Thursday, June 13, 2013

Is Today's Christian Overfed?

For a while now I've been on a mission to push for deeper teaching in our churches. Occasionally I'll encounter someone who says that most Christians have enough intellectual knowledge and simply need to be "out there" doing something with it. On the surface this sounds good and right. After all, our churches are full of people who hear sermon after sermon week after week and never really do anything with it. There is no real change. The answer has to be that they are overfed right? Not necessarily.

Think of it this way: There is a major problem with obesity in this country. According to the CDC, roughly one-third (35.7%) of the adults in the U.S. are obese. However, doctors and other health professionals do not recommend a strict regiment of exercise with no eating. Why not? They have clearly eaten enough. Now they need to get out there and work some of it off.

No--starvation and exercise do not go very well together. We would quickly grow weak because our fat supplies cannot be immediately turned into energy. The answer to getting healthier is both diet and exercise. Incidentally, I get so frustrated with many Christians' seeming inability to think in term of both/and rather than either/or. Merely taking away junk food is not enough--you must replace it with good food...and, yes, exercise too.

The problem is: I'm not sure if the American Church is obese or starved. You see, just because people are being fed regularly doesn't mean that they are getting the proper nutrients. Maybe the reason we don't see the Church working enough is that they are subsisting on gruel rather than wholesome food.

In the Letter to the Hebrews, the writer says it this way:

"In fact, though by this time you ought to be teachers, you need someone to teach you the elementary truths of God's word all over again. You need milk, not solid food! Anyone who lives on milk, being still and infant, is not acquainted with the teaching about righteousness. But solid food is for the mature, who by constant use have trained themselves to distinguish good from evil." (Hebrews 5:12-14)

In and of itself this passage does not speak directly to the issue I have raised. Here the writer is merely saying that these people should be further along in the process than they are. They should have grown up by now. They are still drinking milk rather than eating meat. The problem can be seen more clearly when we ask ourselves the question of what are we serving in our churches--milk or meat? Some people want to eliminate both!

What would we consider to be meat today? Think that one over for a moment before you read on, because it is a question well worth pondering.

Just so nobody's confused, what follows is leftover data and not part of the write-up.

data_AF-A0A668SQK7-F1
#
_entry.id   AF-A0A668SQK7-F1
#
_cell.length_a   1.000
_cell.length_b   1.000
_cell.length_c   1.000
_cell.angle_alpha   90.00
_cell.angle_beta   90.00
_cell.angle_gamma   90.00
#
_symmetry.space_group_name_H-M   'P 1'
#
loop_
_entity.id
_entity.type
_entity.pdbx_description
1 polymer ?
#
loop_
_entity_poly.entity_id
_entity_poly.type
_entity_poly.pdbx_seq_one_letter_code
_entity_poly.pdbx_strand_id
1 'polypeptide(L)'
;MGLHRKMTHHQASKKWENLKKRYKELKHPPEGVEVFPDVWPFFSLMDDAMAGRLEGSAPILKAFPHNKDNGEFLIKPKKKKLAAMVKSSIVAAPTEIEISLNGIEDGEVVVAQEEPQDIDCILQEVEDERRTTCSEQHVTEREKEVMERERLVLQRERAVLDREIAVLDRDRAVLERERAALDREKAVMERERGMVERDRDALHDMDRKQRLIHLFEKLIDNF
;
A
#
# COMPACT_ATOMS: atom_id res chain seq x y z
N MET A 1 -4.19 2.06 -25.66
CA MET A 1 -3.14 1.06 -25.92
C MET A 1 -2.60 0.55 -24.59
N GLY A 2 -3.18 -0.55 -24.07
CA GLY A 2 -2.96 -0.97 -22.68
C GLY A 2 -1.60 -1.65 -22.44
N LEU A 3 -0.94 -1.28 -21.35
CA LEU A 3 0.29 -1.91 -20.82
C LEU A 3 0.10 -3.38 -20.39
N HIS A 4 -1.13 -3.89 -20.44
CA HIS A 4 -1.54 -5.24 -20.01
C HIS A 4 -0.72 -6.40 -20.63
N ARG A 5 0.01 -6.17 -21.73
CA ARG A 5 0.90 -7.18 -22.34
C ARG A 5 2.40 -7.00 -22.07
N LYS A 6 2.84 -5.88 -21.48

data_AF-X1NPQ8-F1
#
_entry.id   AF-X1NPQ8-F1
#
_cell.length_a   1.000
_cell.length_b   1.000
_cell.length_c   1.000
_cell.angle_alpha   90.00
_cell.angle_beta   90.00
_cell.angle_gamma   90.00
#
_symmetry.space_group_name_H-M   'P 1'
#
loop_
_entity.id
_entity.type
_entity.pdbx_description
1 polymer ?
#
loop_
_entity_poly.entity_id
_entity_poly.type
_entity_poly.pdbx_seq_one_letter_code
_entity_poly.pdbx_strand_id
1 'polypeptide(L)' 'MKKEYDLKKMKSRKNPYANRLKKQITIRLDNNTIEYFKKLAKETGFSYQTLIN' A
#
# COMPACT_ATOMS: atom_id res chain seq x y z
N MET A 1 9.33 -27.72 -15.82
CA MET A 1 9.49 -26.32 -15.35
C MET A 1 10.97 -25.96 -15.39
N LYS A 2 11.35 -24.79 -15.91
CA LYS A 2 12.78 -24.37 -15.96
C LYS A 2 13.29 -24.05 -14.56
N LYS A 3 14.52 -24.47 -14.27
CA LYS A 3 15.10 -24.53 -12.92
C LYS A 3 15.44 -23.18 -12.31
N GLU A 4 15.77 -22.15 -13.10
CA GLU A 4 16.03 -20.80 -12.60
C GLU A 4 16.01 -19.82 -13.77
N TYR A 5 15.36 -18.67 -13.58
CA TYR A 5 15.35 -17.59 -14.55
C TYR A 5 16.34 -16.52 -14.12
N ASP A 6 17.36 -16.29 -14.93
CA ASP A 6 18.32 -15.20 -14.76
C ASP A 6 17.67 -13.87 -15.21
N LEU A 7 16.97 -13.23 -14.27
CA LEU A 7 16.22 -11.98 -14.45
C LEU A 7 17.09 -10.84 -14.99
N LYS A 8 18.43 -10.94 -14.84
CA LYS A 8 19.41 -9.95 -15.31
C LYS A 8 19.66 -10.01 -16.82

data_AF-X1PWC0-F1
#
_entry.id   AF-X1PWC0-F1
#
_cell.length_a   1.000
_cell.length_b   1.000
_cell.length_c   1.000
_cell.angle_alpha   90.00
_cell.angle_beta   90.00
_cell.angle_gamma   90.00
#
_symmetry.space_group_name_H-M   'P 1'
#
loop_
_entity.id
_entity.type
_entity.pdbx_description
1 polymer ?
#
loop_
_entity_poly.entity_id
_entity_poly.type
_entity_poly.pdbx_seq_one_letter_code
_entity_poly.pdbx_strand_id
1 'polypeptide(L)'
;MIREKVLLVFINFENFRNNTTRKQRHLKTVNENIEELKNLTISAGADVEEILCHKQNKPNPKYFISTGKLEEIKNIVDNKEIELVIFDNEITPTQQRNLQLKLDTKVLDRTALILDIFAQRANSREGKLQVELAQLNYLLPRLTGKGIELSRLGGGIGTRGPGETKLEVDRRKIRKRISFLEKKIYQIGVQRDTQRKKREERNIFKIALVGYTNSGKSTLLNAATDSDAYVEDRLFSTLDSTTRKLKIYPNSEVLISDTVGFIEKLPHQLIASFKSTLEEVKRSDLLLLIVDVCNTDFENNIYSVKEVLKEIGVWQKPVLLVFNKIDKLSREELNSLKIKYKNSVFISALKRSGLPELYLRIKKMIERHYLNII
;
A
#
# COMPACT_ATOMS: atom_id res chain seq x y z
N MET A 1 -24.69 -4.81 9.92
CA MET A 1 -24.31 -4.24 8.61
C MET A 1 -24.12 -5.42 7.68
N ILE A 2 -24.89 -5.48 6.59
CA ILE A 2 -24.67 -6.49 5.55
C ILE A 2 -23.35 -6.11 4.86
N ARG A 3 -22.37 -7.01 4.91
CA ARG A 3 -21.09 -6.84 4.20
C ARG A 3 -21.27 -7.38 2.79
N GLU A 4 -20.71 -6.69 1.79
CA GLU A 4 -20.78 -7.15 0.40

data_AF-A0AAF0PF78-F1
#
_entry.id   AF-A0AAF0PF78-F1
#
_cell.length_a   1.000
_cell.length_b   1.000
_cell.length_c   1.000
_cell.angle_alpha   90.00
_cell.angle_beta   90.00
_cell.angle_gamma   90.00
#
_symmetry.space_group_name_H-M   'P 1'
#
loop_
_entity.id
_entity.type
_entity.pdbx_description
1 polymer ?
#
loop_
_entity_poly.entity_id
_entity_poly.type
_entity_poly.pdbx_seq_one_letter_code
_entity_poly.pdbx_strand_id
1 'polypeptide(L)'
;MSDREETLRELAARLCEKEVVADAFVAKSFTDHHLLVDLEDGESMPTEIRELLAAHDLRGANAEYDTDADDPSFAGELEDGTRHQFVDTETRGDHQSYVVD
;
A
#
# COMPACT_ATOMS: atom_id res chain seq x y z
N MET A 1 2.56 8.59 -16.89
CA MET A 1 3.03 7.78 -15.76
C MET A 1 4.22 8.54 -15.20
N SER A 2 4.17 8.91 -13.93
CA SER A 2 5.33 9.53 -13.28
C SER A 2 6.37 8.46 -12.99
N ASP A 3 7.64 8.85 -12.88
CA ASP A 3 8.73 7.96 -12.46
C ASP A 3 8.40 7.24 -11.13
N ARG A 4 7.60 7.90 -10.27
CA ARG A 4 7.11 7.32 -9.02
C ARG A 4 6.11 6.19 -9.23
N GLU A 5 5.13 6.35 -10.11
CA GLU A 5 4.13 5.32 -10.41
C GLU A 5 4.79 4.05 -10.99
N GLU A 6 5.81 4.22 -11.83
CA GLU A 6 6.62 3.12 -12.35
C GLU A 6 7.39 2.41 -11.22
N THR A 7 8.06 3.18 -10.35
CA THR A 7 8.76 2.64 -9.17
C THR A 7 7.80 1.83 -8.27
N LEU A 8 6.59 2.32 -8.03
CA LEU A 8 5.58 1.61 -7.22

The writer continues:

"Therefore, let us move beyond the elementary teachings (milk) about Christ and be taken forward to maturity, not laying again (milk) the foundation of repentance from acts that lead to death, and of faith in God, instruction about baptisms, the laying on of hands, the resurrection of the dead, and eternal judgment." (Heb. 6:1-2)

Do you catch what he's saying? Repentance of sin and faith in God, baptism, laying on of hands, the resurrection of the dead (eschatology), and eternal judgment (seemingly heaven and hell) are kids' stuff...Christianity 101. But when I look at this list, I can't help thinking that if many of the churches I have been in over the years were to preach on these topics, people would think it was incredibly deep.

I don't think our food is too rich. I think we are living on skim milk. The answer isn't to cut people off and send them out the doors to change the world. They will die on the side of the road. I believe the answer is that we need to be offering something more substantial--more nutritional--at church.

I have been in the church my whole life, but it wasn't until I experienced deeper teaching and richer reading through seminary that I was actually motivated to impact the world. There has to be something to back the enterprise, so to speak. When our people are asked to give a defense for what they believe, they should be able to give one. The trendy solution of "just get out there and serve" doesn't cut it. Service is essential. But transformed hearts come from transformed minds (Rom. 12:2). The church must be a place of transformation and growth. If our people are fat and lazy or if they are starved and languishing, the answer is more good food and less filler--not less food altogether.

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